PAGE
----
A common risk to investments that is typically an afterthought is the risk that your money will lose purchasing power in the future. Why is it an afterthought? Its symptoms are mostly imperceptible from day-to-day, so we focus on more pressing things like the potential loss in value caused by a March 2020-style crash. In our hopefully-soon-post-COVID environment, we will be forced to grapple with the effects of the massive efforts taken by both the government and Federal Reserve to keep our economy afloat. Where will we feel the effects? What can be done to protect your investments?
Inflation is tricky. There is no easy way to define it. On the surface, it seems simple – the price of things going up. But which things? How much weight should we assign each item in a basket of goods? We are also not entirely sure what causes it. Many prepared for a hyperinflationary environment in the wake of the Global Financial Crisis that never materialized. Everybody is well aware of the inflation that has existed throughout the past decade(s) in healthcare and education, but perhaps post-COVID inflation will look different. A rush to the suburbs and a shortage of housing supply has seen the price of lumber quadruple in less than a year. We have also seen the price at the pump awake from its slumber and essential agriculture commodities like corn and soybeans have appreciated meaningfully in the past few months.
In a portfolio, fixed income will bear the brunt of inflationary pressures the most. This makes sense. If you are expecting to receive a pre-defined stream of future payments in a world where future dollars are worth less, the price of that instrument will adjust downward to reflect this. An allocation to an inflation-protected bond issued by the government would help to offset this. Another option to protect your portfolio is commodities. They were the hedge of choice at the beginning of the last decade, but they were coming on the heels of explosive growth in the prior decade and needed a chance to breathe. As you can see in the accompanying chart, they have been lying in wait for the last five years and this could be their time to shine.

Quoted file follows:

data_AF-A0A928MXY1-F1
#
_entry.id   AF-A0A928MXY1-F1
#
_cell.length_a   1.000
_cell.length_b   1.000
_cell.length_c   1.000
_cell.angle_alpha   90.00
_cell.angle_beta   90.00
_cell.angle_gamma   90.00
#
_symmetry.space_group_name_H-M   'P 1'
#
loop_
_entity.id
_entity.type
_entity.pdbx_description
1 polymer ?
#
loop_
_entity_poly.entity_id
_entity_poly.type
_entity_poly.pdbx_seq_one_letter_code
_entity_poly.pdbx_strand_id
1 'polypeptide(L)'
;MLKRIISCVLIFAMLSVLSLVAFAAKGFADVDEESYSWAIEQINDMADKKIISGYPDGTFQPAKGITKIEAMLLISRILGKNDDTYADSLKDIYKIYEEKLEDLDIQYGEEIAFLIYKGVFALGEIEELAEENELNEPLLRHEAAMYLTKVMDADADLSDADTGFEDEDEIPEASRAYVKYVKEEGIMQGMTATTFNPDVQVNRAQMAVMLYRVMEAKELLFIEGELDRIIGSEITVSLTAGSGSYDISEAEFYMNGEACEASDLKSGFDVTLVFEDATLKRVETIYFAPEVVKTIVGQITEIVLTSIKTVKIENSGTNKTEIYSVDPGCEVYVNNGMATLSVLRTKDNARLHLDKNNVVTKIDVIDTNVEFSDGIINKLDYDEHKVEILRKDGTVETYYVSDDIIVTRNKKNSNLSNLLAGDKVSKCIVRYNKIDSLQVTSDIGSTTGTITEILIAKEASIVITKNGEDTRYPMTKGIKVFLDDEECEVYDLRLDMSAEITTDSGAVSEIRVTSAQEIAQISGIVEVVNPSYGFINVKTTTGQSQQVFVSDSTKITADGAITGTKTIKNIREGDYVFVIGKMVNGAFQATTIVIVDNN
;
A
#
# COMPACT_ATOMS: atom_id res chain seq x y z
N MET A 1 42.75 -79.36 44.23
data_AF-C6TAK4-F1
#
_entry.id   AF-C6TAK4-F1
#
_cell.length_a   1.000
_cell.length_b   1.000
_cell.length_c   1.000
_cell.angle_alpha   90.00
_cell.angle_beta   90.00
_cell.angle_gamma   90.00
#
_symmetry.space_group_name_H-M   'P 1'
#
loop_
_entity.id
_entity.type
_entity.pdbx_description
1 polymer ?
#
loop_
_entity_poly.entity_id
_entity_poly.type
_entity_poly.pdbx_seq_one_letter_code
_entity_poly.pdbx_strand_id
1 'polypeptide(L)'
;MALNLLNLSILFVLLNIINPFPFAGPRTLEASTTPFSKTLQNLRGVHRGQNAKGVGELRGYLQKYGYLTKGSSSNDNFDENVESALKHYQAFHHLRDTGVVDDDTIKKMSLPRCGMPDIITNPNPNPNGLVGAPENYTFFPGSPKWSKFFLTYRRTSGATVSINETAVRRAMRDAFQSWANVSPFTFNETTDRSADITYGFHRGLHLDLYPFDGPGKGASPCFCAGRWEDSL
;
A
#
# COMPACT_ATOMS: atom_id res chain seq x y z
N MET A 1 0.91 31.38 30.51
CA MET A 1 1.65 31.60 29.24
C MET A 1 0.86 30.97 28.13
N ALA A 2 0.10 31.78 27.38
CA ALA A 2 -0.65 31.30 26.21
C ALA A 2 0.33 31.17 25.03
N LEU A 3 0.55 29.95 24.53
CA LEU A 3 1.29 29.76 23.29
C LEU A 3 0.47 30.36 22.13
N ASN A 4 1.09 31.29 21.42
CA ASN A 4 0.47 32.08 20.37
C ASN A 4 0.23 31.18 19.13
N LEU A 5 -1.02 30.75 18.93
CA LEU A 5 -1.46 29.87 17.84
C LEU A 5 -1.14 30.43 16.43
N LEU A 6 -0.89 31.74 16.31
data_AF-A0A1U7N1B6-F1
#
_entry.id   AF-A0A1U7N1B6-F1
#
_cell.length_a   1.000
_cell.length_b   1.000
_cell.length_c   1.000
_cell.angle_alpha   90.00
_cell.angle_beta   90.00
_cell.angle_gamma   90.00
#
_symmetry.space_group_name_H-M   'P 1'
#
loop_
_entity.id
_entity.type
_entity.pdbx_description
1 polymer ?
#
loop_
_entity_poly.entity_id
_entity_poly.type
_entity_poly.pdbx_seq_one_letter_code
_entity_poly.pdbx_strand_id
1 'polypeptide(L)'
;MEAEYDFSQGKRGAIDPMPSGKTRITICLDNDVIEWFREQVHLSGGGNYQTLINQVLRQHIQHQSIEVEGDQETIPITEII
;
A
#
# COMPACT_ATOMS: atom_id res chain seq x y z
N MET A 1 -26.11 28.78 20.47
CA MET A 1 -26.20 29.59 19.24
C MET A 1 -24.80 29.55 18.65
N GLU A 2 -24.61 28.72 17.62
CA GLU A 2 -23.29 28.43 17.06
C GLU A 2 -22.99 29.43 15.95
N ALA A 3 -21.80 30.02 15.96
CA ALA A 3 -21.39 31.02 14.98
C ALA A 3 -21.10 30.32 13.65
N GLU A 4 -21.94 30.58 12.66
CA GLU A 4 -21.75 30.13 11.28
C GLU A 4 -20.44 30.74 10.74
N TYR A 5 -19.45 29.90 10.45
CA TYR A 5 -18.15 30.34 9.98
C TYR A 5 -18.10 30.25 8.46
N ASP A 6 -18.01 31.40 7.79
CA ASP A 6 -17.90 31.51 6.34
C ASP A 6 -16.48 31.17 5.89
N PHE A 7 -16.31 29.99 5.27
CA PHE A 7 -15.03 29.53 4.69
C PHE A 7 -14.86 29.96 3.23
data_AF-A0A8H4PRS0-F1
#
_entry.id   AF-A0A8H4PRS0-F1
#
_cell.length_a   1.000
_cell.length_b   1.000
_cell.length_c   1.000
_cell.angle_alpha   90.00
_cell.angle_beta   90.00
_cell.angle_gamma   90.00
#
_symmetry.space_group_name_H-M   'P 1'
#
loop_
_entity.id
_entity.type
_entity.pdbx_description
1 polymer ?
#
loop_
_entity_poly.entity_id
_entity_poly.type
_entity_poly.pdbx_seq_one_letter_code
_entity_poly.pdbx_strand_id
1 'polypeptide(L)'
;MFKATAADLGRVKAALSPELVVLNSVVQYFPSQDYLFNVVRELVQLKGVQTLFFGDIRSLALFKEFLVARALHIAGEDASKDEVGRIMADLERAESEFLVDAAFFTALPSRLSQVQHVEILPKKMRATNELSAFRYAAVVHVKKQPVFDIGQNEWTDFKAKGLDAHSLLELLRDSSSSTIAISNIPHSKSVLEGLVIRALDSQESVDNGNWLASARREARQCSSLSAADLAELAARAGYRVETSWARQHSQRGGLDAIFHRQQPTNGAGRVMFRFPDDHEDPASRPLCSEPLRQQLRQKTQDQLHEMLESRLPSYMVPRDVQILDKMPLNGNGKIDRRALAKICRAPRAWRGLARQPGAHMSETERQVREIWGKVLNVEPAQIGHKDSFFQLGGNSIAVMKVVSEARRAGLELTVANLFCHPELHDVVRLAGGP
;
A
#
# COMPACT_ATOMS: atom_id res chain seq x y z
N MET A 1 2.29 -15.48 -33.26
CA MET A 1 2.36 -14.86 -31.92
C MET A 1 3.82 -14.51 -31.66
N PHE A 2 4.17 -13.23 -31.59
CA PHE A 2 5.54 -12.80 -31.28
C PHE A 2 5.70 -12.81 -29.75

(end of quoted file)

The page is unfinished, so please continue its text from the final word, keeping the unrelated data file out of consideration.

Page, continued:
It should be mentioned that nothing is set in stone and decisions about your investments should be made in the context of your complete financial picture. Focusing on just one risk that may or may not materialize potentially leaves you exposed in other areas. A finely tuned financial planning process combined with investment implementation can only help to set you up for financial success.
Author: David Rath, CFA
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